By Guy Page
The Barre City Council got an earful from citizens concerned about three members of the city Diversity and Equity Committee telling fellow committee member William Toborg he should quit because he’s pro-life, and Chair Joelen Mulvaney’s emailed threat to mute him at future meetings.
The council took no formal action. Instead, several members urged the committee to try to get along and work together without the council needing to hire a mediator (suggested by Progressive councilors and agreed to by Mulvaney) or fire Mulvaney (suggested by several Barre residents in the audience).
Tuesday night’s meeting also produced:
- An apology from Chair Joelen Mulvaney that appeased Progressive members of the Council, but did not specifically address her August 16 e-mail threat to mute pro-life committee member William at future meetings because of what she called his “anti-women activism” and “misogynistic perspective.”
- A warning by City Councilor and former Mayor Thom Lauzon that Mulvaney’s threat to mute Toborg could leave the City open to litigation.
- Mixed citizen criticism and support for Mulvaney and two other committee members, Ellen Kaye and Emily Wheeler, who told Toborg his pro-life position makes him unfit to sit on the committee.
- Much citizen criticism and no support for Mulvaney’s threat to mute Toborg.
Mulvaney kicked off the discussion with several minutes of remarks delivered via Zoom, including this apology:
“I apologize to the Barre City Diversity and Equity Committee for not being able to address the ideological differences that prevent us from doing harm to each other,” Mulvaney said. “I apologize to the City Council for not understanding how much and what kind of support is needed to do the work of identifying and making recommendations about Barre and equity within civic and social life.”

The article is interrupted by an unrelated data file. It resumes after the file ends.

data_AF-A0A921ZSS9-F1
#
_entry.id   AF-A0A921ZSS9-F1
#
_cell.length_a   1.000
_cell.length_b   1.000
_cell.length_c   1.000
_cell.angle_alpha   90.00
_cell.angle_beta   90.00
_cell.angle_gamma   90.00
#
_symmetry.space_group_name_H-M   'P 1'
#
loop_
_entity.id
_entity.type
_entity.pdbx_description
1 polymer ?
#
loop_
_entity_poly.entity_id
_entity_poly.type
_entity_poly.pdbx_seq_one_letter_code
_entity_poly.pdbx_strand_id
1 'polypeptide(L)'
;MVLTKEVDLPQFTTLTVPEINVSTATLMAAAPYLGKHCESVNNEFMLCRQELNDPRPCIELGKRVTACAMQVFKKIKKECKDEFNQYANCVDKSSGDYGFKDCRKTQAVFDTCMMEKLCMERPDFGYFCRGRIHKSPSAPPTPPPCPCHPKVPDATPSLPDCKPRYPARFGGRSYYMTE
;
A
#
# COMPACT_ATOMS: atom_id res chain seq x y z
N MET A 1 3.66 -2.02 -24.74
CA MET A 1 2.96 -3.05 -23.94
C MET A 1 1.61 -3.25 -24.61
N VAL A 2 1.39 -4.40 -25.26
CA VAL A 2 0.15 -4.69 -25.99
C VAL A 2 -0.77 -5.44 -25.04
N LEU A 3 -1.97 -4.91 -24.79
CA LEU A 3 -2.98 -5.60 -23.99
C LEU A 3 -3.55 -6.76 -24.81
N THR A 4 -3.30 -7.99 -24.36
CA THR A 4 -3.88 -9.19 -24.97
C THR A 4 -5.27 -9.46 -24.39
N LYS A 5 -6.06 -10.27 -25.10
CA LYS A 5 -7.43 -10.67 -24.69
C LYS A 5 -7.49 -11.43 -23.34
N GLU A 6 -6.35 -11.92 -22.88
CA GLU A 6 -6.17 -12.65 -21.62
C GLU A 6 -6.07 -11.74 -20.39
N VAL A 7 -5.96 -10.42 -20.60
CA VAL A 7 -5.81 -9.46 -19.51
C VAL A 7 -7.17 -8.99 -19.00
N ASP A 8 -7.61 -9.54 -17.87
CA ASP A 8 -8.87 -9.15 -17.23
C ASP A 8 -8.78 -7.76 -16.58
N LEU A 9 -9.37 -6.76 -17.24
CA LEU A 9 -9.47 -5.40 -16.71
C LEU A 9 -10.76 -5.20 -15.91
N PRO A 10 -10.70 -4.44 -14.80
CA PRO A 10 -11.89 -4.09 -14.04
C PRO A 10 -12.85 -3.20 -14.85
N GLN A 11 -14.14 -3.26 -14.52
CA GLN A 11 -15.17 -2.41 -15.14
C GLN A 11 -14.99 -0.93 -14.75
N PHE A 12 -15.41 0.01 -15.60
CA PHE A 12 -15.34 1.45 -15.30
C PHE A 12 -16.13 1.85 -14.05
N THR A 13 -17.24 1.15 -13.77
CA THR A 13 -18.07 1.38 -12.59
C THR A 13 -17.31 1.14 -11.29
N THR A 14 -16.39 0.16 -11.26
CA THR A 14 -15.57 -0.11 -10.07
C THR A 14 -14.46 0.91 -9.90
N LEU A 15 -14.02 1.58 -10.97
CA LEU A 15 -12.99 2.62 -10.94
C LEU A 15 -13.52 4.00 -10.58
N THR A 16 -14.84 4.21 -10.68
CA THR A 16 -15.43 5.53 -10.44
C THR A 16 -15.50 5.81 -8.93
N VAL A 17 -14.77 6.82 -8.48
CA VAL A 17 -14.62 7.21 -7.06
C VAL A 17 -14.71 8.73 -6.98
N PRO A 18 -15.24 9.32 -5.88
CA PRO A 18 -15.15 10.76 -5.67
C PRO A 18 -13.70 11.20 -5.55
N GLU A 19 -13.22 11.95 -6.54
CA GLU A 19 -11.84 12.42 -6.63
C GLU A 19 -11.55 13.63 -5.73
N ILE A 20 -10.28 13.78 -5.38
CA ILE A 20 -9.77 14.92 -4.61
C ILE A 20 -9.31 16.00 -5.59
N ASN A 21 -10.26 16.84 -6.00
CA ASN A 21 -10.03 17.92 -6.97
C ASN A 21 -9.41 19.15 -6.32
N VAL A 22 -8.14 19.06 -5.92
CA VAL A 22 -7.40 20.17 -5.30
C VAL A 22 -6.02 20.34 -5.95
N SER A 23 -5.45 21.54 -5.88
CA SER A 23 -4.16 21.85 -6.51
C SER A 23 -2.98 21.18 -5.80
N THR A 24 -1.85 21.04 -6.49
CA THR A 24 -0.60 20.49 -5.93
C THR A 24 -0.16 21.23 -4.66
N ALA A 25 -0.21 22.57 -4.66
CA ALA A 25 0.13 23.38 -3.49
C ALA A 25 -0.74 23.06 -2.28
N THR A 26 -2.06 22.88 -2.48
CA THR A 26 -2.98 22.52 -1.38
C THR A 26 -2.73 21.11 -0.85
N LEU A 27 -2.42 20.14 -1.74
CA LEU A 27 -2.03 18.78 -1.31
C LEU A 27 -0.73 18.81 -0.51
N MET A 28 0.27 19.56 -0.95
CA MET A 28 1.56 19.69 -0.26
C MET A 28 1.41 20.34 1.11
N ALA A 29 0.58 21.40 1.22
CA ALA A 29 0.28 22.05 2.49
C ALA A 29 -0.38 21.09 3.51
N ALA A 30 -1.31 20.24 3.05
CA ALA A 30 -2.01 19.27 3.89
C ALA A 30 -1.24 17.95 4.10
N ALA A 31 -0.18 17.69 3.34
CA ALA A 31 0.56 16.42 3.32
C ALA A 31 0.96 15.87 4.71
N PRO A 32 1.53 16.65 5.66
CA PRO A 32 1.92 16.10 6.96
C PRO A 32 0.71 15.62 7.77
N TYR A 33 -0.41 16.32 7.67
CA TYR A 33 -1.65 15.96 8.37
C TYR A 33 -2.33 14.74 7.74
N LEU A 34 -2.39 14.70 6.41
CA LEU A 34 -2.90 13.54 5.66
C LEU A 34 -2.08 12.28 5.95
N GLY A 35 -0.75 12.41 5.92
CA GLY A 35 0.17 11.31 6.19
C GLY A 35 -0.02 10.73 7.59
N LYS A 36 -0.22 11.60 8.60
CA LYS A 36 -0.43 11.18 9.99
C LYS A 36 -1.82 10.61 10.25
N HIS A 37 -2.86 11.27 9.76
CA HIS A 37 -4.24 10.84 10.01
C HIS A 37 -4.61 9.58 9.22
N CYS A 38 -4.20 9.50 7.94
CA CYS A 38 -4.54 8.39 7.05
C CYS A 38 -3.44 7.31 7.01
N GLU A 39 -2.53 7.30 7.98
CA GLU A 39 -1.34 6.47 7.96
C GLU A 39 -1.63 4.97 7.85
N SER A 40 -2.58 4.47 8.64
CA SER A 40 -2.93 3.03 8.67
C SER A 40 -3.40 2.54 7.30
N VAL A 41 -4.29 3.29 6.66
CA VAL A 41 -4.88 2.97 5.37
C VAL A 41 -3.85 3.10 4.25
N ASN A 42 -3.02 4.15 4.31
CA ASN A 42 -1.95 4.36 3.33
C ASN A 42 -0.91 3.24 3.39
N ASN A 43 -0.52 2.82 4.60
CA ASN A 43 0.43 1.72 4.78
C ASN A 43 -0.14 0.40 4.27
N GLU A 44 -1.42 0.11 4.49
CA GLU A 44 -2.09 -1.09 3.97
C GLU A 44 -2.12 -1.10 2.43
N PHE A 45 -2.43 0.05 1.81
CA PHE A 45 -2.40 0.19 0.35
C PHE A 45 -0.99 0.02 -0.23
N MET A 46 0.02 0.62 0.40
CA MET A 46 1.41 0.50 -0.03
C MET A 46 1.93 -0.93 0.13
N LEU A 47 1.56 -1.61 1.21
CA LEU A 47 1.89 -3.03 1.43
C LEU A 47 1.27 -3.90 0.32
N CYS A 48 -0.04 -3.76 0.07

During her remarks, Mulvaney did not indicate whether or not she would mute committee member William Torborg, as she threatened to do in an August email after she criticized his pro-life stance and said Roman Catholic religion has no place in committee discussions, which is limited to “political” and “social” considerations.
Barre resident Carol Hebert watched the video of the August 12 committee meeting and said she was appalled how Mulvaney, Kaye and Wheeler treated Toborg.
“It was terrible,” Hebert said. “The fact that they ganged up on him. He was the victim. It doesn’t sit well with me. They owe him an apology personally.”
The committee seems to think that “saying it [diversity] and doing it are two different things,” Hebert said. “Anyone who would want to violate the first amendment right of anyone on the committee is not fit to serve.”
Tom Kelly – lawyer, former Washington County state’s attorney, current candidate for a Barre House seat, and organizer of 40 Days for Life, a pro-life gathering outside Barre’s Planned Parenthood abortion clinic – described the treatment of Toborg as ‘jaw-dropping.’
“Assuming the first amendment applies, it was a jaw dropping experience to watch it,” Kelly said. “I think it would be healthy to have on a Diversity committee someone who didn’t buy into every narrative.”
Several speakers expressed support for Mulvaney and the committee’s work. One, Garrett Grant, criticized Toborg directly.
“What I can’t get behind is giving a particiption trophy to someone who wants to take away rights from 51% of the population,” Grant said. “Not by undermining the committee you want to undermine from within.”